For the next few months I’ll post “5 things criminal attorneys should know about …” and highlight some areas of medicine that often cross into the criminal fields. I did this series a few years ago and I think it’s time to do a little refresher. This is not meant to be an in-depth review, but rather just bullet pointed facts.
For this month we’re going to highlight Seizures.
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- Seizure medication noncompliance
- Certain Medications: Tricyclic Antidepressants, anticholinergics, lithium
- Overdose OR withdrawal from many other medications/substances
- Poisoning – Pesticides or other substances
- Medical conditions
- Brain conditions such as hydrocephalus, tumors, stroke (Can be delayed)
- Traumatic brain bleed (Can be delayed)
- Pregnancy complications
- Kidney Failure
- Electrolyte imbalance – especially sodium, potassium
- Low blood sugar (diabetics and non-diabetics)
- Psychogenic (pseudo seizures)
- Grand mal seizures are the most obvious; the entire body convulses. Loss of consciousness occurs. Common symptoms are incontinence and biting of the tongue.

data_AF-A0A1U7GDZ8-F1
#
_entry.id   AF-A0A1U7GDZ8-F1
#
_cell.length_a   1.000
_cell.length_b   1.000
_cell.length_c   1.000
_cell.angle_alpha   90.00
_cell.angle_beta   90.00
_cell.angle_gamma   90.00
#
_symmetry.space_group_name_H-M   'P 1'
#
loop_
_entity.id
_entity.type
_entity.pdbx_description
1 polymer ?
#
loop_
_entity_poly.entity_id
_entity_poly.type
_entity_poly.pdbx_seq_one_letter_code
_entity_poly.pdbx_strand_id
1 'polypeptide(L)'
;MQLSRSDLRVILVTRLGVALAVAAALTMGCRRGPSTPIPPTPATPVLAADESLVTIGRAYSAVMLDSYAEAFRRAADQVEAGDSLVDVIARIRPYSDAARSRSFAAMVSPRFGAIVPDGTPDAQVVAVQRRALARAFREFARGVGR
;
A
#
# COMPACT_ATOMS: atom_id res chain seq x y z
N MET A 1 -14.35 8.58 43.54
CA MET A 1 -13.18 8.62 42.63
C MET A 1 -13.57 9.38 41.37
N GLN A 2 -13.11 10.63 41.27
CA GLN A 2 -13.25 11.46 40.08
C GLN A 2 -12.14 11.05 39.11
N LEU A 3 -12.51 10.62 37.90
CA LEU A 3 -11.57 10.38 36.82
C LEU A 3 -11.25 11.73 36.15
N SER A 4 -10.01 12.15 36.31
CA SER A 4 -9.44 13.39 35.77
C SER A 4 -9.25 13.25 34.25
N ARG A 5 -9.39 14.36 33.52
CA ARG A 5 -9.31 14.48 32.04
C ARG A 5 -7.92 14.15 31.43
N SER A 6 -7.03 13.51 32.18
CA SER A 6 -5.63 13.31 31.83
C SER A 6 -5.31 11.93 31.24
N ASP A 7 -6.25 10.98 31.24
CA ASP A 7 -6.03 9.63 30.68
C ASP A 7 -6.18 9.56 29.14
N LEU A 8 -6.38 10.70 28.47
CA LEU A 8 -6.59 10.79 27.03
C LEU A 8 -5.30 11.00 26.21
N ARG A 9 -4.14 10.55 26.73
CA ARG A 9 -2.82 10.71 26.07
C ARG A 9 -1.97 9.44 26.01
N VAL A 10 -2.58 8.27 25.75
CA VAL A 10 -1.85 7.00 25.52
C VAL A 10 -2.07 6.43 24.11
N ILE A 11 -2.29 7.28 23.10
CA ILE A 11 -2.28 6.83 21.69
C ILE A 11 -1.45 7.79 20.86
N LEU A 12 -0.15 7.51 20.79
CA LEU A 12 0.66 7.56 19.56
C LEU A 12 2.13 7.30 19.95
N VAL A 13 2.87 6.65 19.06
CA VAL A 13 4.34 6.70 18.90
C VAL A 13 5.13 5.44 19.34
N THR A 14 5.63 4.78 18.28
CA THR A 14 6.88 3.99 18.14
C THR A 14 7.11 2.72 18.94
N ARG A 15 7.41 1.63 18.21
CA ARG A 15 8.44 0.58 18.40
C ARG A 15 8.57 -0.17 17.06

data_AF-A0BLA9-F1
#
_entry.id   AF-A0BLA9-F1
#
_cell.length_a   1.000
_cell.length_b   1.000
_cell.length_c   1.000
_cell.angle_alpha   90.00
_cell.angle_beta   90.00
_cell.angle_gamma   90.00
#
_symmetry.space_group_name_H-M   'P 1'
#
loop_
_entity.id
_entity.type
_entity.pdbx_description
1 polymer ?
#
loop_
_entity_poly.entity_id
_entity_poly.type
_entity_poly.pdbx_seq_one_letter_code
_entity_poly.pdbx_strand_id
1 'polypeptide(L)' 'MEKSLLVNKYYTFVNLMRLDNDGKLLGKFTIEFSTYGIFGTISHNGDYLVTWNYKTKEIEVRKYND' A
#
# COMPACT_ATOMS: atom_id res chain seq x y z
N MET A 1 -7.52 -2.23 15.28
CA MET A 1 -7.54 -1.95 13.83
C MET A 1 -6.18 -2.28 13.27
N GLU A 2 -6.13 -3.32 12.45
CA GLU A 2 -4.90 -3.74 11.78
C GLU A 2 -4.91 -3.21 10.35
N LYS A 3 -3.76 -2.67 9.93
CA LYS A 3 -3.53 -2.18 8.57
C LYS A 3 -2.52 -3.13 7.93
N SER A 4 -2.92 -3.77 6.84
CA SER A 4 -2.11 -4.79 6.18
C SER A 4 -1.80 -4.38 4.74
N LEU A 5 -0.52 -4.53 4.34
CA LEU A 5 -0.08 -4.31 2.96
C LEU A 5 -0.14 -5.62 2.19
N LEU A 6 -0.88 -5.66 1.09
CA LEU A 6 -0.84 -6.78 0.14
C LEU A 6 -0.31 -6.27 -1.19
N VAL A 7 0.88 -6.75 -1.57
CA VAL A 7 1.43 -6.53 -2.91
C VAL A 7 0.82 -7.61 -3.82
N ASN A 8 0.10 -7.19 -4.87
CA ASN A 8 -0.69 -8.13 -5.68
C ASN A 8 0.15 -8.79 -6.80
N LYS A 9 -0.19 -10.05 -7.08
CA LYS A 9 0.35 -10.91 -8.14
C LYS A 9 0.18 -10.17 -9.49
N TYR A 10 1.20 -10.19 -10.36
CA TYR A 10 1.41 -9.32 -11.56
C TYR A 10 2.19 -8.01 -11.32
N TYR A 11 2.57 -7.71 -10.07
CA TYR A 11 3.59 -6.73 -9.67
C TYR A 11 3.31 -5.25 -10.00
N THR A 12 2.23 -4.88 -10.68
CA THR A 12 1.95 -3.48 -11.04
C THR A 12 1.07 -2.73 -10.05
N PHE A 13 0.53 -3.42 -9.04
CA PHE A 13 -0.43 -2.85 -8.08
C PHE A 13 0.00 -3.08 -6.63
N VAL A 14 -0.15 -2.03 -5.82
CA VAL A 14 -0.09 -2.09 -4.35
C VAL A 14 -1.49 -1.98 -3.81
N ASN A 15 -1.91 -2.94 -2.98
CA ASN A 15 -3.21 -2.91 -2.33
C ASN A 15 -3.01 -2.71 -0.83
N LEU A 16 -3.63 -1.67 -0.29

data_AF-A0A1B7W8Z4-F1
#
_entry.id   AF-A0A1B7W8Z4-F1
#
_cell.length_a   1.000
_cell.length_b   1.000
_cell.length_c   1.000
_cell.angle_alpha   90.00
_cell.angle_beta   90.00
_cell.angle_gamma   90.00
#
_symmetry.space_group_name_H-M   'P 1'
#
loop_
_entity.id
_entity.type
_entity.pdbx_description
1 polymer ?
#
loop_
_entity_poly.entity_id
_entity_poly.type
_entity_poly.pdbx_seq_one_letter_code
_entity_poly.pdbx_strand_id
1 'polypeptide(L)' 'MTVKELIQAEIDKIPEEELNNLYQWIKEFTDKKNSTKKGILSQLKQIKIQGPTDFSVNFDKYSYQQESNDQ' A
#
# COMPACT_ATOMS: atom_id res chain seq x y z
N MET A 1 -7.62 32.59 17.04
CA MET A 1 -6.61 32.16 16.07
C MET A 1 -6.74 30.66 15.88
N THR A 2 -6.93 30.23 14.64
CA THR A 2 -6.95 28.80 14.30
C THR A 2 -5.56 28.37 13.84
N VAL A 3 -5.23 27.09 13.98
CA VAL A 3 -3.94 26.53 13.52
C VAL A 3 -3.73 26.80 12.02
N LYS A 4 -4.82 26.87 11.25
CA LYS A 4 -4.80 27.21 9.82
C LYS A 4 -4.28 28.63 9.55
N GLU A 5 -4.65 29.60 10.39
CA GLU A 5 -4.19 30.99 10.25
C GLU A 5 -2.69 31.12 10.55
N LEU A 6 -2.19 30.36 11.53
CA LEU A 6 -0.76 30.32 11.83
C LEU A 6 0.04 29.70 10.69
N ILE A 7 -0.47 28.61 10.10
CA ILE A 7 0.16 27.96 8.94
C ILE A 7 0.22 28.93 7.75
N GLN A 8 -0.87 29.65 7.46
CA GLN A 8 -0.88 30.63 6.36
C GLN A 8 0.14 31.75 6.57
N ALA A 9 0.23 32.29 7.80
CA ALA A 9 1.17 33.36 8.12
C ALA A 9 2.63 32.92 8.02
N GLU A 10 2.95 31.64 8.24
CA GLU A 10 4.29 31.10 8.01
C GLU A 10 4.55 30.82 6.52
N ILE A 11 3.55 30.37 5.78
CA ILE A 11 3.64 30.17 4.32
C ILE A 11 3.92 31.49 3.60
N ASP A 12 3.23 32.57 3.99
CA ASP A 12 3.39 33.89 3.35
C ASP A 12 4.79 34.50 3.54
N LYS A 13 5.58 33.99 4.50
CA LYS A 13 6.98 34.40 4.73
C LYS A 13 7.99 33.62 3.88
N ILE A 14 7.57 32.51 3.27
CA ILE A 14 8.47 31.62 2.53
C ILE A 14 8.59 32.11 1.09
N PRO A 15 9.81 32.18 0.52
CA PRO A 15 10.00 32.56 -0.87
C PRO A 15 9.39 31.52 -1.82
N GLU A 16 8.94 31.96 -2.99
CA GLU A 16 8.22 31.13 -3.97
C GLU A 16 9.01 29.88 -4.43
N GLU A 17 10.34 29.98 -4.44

- Partial Seizures affect only one part of the brain; so can present as a focal seizure to one limb, a change in sensation or emotion, or a change in speech. These are very difficult to diagnose because the symptoms may be very subtle.
- Absence seizures present as “spacing out” and the person is not aware of their actions during that time. The person may be completely functional, walk, talk, etc. An observer may not necessarily know the person is having a seizure.
- A person with no history of seizures can have a seizure at any time.
- People with a history of seizures that have not had a seizure for a long time can still have a seizure at any time.
- People on medications for seizures can have “break-through” seizures at any time.
Before and After
- Auras are a warning sign that a seizure is coming on. Not everyone gets auras. Auras can present as a headache, an odd taste in the mouth (like metal), vision changes, etc. Everybody’s aura is different and it can be anything.
- The “post-ictal period” is the timeframe after the seizure where the body and mind are recovering from the seizure. People may appear intoxicated; slur their speech, demonstrate confusion and are very commonly agitated or combative. Most postictal periods last about 15 minutes but they can last much longer – hours or days.
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